Jansen’s tricorder can’t detect spatial anomalies or identify alien biology
The Star Trek tricorder has become a reality, thanks to the hobby project of a cognitive science researcher. Dr. Peter Jansen has developed a handheld mobile computing device that has a number of sophisticated embedded sensors. The device is modeled after the distinctive design of the 24th-century tricorder.
He began working on the project in 2007 and aims to make it easy for others to reproduce his designs. He has made complete schematics for two of his four models available under the terms of the TAPR non-commercial hardware license. The underlying source code of the device’s software environment is available under the GPL. In a blog post about the project, Jansen explained that he hopes his project will encourage scientific curiosity and help people better understand the world.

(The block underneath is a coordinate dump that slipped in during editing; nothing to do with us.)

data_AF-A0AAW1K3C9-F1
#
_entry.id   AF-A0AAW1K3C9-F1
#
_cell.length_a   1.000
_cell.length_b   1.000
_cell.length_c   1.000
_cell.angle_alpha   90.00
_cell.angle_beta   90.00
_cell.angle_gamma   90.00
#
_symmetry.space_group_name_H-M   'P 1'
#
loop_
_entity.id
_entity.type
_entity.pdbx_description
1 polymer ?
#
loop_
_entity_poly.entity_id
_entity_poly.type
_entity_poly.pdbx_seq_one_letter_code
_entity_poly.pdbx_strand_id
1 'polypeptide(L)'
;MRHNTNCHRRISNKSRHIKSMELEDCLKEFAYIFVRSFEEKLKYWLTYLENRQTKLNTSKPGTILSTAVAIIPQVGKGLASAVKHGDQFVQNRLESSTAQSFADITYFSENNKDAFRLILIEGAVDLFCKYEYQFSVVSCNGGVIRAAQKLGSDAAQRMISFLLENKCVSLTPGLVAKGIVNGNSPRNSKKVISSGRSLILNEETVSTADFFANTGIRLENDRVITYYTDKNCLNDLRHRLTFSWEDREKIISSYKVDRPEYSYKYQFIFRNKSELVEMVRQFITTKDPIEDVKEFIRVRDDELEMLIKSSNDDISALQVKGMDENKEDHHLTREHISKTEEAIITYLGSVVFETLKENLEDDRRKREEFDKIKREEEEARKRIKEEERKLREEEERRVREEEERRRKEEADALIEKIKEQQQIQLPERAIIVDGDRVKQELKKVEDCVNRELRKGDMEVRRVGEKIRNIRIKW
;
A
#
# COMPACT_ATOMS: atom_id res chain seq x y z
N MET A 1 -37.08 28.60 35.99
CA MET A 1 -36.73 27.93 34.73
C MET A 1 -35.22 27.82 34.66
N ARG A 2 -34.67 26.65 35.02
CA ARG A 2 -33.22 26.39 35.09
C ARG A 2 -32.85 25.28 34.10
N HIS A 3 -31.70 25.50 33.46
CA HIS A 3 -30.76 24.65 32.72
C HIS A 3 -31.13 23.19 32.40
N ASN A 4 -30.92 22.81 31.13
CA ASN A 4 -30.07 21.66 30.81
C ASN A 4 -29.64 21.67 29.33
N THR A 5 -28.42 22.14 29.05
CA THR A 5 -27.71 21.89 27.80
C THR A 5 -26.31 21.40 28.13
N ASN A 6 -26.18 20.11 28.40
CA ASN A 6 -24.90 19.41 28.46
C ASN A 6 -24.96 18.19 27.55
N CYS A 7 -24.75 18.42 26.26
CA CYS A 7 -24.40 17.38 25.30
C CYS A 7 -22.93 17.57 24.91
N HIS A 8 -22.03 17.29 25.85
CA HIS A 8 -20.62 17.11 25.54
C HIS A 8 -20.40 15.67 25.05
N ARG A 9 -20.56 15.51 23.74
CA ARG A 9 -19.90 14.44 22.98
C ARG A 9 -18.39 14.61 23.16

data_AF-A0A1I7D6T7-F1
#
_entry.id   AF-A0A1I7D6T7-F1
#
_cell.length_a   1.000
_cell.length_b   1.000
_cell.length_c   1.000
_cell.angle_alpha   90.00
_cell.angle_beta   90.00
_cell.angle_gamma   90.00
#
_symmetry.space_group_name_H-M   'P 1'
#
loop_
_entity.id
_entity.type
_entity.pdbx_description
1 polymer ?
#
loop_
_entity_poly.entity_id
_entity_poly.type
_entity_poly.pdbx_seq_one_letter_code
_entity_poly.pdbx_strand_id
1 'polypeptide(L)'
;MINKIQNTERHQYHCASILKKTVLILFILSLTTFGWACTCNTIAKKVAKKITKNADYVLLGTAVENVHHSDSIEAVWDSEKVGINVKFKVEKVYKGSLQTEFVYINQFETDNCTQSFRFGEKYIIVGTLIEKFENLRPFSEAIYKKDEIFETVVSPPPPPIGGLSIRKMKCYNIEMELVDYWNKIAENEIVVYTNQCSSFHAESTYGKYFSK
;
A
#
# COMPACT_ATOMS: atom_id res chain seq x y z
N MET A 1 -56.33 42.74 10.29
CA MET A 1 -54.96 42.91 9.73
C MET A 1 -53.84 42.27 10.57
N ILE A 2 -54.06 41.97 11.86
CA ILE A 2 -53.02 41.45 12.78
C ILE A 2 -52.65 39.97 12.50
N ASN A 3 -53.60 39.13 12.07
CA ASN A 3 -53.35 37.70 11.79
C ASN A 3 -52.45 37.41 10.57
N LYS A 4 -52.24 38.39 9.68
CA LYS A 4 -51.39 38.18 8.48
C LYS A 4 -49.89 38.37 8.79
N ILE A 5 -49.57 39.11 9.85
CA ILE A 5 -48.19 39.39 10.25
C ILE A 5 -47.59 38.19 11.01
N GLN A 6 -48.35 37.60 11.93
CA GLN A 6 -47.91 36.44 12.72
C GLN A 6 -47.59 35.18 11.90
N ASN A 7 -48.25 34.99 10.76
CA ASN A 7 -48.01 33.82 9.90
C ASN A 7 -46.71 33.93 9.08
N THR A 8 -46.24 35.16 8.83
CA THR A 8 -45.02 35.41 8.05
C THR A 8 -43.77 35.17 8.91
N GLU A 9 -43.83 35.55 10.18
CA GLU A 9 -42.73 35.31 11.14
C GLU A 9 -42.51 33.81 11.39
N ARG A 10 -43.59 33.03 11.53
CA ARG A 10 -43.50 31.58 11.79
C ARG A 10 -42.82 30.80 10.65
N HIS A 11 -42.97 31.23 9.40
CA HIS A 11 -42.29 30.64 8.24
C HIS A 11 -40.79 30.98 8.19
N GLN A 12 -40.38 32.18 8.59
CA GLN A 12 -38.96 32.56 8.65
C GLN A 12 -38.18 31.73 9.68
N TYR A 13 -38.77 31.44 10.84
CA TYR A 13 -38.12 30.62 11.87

“I think for me, it’s really about curiosity. And helping to find ways to see and intuitively visualize the world around us, to help share that curiosity, and get folks excited about science,” he wrote.
The Mark 2 tricorder, which is the more sophisticated of the two devices, runs Debian Linux on an ARM920T-based Amtel microcontroller. It is designed in a clamshell form factor, with a pair of OLED resistive touchscreen panels on the inside.
Jansen’s Mark 2 tricorder is powered by a lithium polymer battery (more energy efficient than the Mark 2 EMH, which is powered by Andy Dick) that fits inside the device’s housing. The built-in sensors can measure temperature, humidity, atmospheric pressure, magnetic fields, color, ambient light level, GPS location, and distance to a surface.
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